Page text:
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    That is correct. If you don't have something the quality of SurgeX, you are just as well off with nothing at all. Most anything else will have MOVs, which can cause various problems as they fail - and if you have spikes from which equipment needs protection, MOVs WILL fail.
     
  11. Chris15

    Chris15 CBMod CB Mods Premium Member

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    So not to get high and mighty, but Australia is reasonably well known for having some of the strictest safety standards in the world. So if someone could offer a comparison to US standards on this it would be appreciated.

    A powerboard is technically known as an Electrical Portable Outlet Device (EPOD). The relevant Australian / New Zealand Standard is AS/NZS 3105. The most relevant part of this to the current discussion is that where 3 or more 10A socket outlets, or a socket rated at more than 10A are provided, the device is required to have a circuit breaker per clause 4.5.3.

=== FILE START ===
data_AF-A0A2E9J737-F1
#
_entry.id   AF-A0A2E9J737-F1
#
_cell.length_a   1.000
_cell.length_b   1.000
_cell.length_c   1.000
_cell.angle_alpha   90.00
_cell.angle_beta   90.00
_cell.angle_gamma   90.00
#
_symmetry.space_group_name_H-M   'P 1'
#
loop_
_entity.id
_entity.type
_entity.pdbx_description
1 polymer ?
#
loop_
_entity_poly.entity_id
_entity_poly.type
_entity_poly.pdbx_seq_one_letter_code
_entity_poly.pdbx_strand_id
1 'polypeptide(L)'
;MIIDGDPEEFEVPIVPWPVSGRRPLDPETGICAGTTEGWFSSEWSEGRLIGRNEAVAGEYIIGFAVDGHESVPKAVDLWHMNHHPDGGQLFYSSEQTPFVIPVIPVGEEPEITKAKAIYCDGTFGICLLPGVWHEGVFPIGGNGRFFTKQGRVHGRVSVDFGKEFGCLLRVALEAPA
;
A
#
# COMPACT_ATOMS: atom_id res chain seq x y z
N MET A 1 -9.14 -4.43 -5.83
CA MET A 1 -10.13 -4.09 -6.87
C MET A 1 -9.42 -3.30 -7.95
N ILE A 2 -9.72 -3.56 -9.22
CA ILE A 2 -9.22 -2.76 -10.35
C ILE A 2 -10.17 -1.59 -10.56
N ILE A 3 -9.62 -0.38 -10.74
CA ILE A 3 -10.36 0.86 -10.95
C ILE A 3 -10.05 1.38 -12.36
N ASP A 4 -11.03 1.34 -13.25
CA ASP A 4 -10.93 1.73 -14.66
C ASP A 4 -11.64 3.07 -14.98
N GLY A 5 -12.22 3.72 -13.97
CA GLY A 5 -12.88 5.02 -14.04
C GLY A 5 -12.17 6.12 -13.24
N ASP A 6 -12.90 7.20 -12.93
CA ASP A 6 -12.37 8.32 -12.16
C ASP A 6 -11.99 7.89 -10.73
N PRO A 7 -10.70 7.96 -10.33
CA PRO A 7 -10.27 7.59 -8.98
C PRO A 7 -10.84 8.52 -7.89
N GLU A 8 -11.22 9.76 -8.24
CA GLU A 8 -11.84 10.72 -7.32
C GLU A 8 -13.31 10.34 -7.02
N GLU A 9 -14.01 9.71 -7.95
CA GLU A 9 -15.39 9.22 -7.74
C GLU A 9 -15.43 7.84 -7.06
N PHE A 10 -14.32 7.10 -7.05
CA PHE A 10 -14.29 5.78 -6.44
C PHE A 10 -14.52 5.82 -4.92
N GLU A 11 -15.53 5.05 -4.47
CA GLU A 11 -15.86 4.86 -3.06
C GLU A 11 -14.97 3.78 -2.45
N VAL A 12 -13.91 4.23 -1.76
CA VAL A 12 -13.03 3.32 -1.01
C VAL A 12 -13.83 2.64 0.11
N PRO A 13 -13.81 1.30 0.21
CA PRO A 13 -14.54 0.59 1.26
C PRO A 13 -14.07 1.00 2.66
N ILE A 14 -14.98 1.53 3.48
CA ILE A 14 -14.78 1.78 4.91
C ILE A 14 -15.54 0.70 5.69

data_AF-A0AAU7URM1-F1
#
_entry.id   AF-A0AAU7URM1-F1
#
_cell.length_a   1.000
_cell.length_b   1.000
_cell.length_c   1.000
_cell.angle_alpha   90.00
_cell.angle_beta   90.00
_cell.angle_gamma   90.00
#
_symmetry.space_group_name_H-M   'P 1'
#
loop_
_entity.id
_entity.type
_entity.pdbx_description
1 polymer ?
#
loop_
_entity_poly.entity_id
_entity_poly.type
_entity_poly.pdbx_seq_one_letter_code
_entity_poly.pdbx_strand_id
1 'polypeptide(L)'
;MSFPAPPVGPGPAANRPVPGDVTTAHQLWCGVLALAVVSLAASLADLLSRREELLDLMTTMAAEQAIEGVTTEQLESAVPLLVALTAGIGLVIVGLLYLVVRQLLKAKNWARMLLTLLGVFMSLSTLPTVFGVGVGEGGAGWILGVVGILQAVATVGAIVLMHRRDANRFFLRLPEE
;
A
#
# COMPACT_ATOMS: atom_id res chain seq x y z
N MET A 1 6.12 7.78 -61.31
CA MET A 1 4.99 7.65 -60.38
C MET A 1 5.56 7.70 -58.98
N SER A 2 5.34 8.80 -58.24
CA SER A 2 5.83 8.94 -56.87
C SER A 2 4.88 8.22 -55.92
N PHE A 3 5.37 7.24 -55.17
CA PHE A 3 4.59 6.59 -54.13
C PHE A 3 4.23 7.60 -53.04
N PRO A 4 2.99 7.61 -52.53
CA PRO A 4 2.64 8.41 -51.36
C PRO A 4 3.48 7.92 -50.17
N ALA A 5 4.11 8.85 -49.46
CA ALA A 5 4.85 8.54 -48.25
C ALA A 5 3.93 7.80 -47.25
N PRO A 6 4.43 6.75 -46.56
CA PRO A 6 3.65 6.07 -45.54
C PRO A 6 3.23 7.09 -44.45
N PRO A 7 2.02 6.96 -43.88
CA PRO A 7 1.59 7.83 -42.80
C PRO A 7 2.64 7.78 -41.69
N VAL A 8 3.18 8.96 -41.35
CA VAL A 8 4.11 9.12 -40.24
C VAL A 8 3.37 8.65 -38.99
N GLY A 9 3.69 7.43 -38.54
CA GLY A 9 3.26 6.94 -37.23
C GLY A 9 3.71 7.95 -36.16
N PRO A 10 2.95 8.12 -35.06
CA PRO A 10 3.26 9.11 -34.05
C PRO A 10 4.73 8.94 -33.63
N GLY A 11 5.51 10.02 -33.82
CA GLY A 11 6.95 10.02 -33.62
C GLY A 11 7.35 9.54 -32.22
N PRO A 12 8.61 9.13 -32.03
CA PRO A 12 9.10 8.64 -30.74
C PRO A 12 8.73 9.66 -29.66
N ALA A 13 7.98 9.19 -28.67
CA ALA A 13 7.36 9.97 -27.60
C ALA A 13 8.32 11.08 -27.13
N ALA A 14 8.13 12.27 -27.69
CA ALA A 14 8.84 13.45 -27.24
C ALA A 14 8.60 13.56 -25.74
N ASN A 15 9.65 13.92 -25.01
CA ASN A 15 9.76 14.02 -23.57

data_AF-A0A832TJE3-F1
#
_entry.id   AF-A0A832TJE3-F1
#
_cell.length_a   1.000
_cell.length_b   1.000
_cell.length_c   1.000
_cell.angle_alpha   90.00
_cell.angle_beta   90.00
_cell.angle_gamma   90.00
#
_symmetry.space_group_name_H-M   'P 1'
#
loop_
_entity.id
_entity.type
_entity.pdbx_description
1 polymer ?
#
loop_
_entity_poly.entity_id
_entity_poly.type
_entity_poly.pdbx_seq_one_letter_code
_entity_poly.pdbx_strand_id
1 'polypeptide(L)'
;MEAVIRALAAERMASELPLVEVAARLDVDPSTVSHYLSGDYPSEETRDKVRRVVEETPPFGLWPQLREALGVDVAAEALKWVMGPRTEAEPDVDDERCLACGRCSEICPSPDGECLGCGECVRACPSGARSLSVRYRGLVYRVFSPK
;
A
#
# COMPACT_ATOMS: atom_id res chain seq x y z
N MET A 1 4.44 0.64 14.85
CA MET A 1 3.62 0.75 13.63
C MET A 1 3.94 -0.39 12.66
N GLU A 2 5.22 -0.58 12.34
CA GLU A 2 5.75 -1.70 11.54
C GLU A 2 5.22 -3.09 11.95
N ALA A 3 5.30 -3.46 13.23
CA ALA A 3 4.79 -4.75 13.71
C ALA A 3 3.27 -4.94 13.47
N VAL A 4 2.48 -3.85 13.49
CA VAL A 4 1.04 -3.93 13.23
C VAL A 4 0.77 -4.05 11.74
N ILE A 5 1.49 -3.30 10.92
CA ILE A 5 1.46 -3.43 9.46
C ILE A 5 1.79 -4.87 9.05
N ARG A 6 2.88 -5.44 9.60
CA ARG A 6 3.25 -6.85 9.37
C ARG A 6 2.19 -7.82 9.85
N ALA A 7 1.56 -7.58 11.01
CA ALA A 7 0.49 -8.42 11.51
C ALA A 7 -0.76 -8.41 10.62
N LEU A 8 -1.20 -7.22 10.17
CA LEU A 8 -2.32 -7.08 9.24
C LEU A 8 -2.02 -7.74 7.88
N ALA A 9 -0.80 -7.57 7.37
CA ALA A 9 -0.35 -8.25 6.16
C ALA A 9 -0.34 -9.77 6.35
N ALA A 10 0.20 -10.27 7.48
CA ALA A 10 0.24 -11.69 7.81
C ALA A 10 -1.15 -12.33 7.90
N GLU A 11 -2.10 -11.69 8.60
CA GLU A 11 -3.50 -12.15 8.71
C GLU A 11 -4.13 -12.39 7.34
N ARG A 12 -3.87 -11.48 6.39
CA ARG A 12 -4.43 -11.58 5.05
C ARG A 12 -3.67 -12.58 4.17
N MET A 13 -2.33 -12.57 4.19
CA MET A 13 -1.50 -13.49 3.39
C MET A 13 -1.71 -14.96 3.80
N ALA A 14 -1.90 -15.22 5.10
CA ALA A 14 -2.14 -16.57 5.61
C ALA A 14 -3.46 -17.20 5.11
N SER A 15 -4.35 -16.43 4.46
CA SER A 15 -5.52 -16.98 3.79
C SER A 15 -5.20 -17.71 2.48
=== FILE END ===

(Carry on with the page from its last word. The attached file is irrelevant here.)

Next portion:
In many of the standards relating to distribution there is an explicit ban on use of EPODs in series, but with breakers installed, there is no technical reason why they cannot be daisied as you can't overload the first inline without tripping a breaker.

    Does US code not require integral breakers?
     
  12. chadgreen

    chadgreen Member

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    Does this mean that if I have a Monster Power Conditioner that has a sequencer built into it that I can't add a generic power strip and zip tie it to the rack in case I run out of edisons I want to use in the power conditioner, technically?
     
  13. TimMiller

    TimMiller Well-Known Member